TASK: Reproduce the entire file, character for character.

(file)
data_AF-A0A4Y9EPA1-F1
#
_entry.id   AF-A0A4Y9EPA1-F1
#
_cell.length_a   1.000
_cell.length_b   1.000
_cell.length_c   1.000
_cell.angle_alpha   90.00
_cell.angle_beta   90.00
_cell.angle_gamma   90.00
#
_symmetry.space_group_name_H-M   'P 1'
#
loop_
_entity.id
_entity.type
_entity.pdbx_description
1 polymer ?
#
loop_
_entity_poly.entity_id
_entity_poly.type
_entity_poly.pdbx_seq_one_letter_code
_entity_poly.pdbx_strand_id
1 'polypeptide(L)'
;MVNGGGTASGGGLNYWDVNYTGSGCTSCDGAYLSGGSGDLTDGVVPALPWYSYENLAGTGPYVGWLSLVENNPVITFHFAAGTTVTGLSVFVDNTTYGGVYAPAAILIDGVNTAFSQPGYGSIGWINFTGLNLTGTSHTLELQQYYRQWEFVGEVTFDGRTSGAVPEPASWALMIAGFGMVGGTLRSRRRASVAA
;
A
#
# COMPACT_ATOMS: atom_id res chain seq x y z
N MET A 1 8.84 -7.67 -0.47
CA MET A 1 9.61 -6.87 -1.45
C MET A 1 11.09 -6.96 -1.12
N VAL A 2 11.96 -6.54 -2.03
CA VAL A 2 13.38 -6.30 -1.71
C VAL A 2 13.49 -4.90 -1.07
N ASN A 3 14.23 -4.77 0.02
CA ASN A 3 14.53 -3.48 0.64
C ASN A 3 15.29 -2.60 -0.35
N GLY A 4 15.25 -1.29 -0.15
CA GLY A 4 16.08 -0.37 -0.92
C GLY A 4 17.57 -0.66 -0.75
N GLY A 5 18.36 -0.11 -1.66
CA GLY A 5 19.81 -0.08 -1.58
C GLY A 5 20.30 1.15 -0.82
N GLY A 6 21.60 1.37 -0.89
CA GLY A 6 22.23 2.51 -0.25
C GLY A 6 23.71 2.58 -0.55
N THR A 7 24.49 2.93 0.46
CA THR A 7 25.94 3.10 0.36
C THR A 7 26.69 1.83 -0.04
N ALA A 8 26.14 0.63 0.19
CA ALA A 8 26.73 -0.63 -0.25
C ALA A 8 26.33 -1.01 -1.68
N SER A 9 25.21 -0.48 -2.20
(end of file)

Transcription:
data_AF-A0A4Y9EPA1-F1
#
_entry.id   AF-A0A4Y9EPA1-F1
#
_cell.length_a   1.000
_cell.length_b   1.000
_cell.length_c   1.000
_cell.angle_alpha   90.00
_cell.angle_beta   90.00
_cell.angle_gamma   90.00
#
_symmetry.space_group_name_H-M   'P 1'
#
loop_
_entity.id
_entity.type
_entity.pdbx_description
1 polymer ?
#
loop_
_entity_poly.entity_id
_entity_poly.type
_entity_poly.pdbx_seq_one_letter_code
_entity_poly.pdbx_strand_id
1 'polypeptide(L)'
;MVNGGGTASGGGLNYWDVNYTGSGCTSCDGAYLSGGSGDLTDGVVPALPWYSYENLAGTGPYVGWLSLVENNPVITFHFAAGTTVTGLSVFVDNTTYGGVYAPAAILIDGVNTAFSQPGYGSIGWINFTGLNLTGTSHTLELQQYYRQWEFVGEVTFDGRTSGAVPEPASWALMIAGFGMVGGTLRSRRRASVAA
;
A
#
# COMPACT_ATOMS: atom_id res chain seq x y z
N MET A 1 8.84 -7.67 -0.47
CA MET A 1 9.61 -6.87 -1.45
C MET A 1 11.09 -6.96 -1.12
N VAL A 2 11.96 -6.54 -2.03
CA VAL A 2 13.38 -6.30 -1.71
C VAL A 2 13.49 -4.90 -1.07
N ASN A 3 14.23 -4.77 0.02
CA ASN A 3 14.53 -3.48 0.64
C ASN A 3 15.29 -2.60 -0.35
N GLY A 4 15.25 -1.29 -0.15
CA GLY A 4 16.08 -0.37 -0.92
C GLY A 4 17.57 -0.66 -0.75
N GLY A 5 18.36 -0.11 -1.66
CA GLY A 5 19.81 -0.08 -1.58
C GLY A 5 20.30 1.15 -0.82
N GLY A 6 21.60 1.37 -0.89
CA GLY A 6 22.23 2.51 -0.25
C GLY A 6 23.71 2.58 -0.55
N THR A 7 24.49 2.93 0.46
CA THR A 7 25.94 3.10 0.36
C THR A 7 26.69 1.83 -0.04
N ALA A 8 26.14 0.63 0.19
CA ALA A 8 26.73 -0.63 -0.25
C ALA A 8 26.33 -1.01 -1.68
N SER A 9 25.21 -0.48 -2.20